Of all the indignities one has to suffer through as a teenager, I think math class was the thing I dreaded most about those years. Ask me a math question to this day and I’m likely to break out in a cold sweat. Given the number of books on how to overcome math anxiety, I’m far from being the only one who has a fear of math. But while I’m not about to start solving equations for fun, I have developed something of an appreciation for math. Aside from the fact that I need to use at least a little math in everyday life, I find math quite beautiful in the abstract. I enjoy learning about newly-discovered prime numbers or math problems that took centuries to solve. I like how math turns up in nature and art and music, and how even our idea of what is beautiful owes something to mathematical proportions. CLP has many math materials, from the basics to advanced calculus. I tend to like those books that are about the less obvious (until you think about it) uses of math, like knitting or cooking. A few books that I like are:

*Ratio: The Simple Codes Behind the Craft of Everyday Cooking*, by Michael Ruhlman: I’ve always thought that cooking is an art, while baking is more of a science. Ruhlman breaks down the different ratios and proportions in different baked goods, helping even the most math-fearing bakers learn the basic math that’s needed for creating great baked goods.*Coincidences, Chaos, and All That Math Jazz: Making Light of Weighty Ideas*, by Edward Burger and Michael Starbird: Even those of you who slept through algebra class will probably find this an interesting– if somewhat corny– read. The authors crack jokes while discussing things like coincidences, chaos, and cryptography.*Origami Design Secrets: Mathematical Methods For an Ancient Art*, by Robert J. Lang: Some of the origami patterns in this book are just fantastic, but the real draw is the instruction on how to design your own origami. A good introduction to how math is used in design.*Making Mathematics with Needlework*:*Ten Papers and Ten Projects*, by Sarah-Marie Belcastro and Carolyn Yackel: If you’ve ever wondered what a mobius strip would look like as a quilt, you probably already own this book. Knitters who have discovered that it’s impossible to design a pattern without using math will also like this book, which places math in a crafty context.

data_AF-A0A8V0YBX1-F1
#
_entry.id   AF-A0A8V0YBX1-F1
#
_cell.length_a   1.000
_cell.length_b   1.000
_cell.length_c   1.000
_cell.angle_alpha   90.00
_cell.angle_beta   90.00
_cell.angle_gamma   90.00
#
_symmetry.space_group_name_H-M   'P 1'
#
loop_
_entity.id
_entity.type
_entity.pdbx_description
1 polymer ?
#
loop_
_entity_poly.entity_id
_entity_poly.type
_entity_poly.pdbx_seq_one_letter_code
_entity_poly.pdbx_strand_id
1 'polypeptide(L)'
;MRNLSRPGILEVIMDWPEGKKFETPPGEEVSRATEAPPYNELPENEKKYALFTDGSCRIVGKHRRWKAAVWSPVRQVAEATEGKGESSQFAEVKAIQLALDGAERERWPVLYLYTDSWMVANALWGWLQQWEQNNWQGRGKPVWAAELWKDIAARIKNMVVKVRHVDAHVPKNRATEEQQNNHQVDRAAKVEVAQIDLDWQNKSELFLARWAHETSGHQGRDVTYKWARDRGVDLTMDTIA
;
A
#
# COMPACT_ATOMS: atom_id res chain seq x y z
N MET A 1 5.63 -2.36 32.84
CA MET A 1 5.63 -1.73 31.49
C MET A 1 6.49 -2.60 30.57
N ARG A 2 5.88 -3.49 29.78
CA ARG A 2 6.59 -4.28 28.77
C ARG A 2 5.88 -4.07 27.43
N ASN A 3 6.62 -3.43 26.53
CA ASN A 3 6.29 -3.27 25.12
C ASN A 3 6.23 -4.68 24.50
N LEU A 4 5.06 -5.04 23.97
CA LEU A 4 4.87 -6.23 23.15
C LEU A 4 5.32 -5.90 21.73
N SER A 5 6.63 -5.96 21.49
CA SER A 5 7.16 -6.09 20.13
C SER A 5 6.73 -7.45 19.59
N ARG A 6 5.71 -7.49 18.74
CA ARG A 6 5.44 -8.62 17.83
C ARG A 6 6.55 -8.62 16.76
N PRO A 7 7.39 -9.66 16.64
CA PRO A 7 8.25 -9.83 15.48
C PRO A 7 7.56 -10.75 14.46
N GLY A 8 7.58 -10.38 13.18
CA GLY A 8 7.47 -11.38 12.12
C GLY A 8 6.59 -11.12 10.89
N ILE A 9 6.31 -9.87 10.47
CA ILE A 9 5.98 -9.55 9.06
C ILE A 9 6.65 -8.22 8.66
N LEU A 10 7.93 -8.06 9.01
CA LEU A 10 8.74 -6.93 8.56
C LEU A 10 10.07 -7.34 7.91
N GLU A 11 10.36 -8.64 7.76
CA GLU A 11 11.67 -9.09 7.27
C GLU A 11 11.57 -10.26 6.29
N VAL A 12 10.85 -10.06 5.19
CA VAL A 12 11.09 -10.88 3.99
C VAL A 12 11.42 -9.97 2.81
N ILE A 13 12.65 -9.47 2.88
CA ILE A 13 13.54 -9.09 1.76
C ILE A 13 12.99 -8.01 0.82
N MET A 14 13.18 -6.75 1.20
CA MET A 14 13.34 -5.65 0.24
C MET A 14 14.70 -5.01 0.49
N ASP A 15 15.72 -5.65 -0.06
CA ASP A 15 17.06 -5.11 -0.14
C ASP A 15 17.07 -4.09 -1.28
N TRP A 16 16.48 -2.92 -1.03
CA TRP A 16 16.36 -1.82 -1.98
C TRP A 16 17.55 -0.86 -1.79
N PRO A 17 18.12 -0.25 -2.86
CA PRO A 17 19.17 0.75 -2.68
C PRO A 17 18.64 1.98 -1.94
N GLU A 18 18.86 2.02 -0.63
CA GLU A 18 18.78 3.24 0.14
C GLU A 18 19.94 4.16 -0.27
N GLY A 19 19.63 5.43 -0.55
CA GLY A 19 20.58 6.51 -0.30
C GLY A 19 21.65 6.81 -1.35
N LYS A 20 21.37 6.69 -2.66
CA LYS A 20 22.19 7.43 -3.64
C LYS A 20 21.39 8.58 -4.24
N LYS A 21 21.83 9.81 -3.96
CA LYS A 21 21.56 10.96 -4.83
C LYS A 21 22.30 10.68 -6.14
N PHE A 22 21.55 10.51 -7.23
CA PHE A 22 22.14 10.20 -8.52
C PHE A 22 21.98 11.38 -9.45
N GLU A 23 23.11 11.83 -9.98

–Irene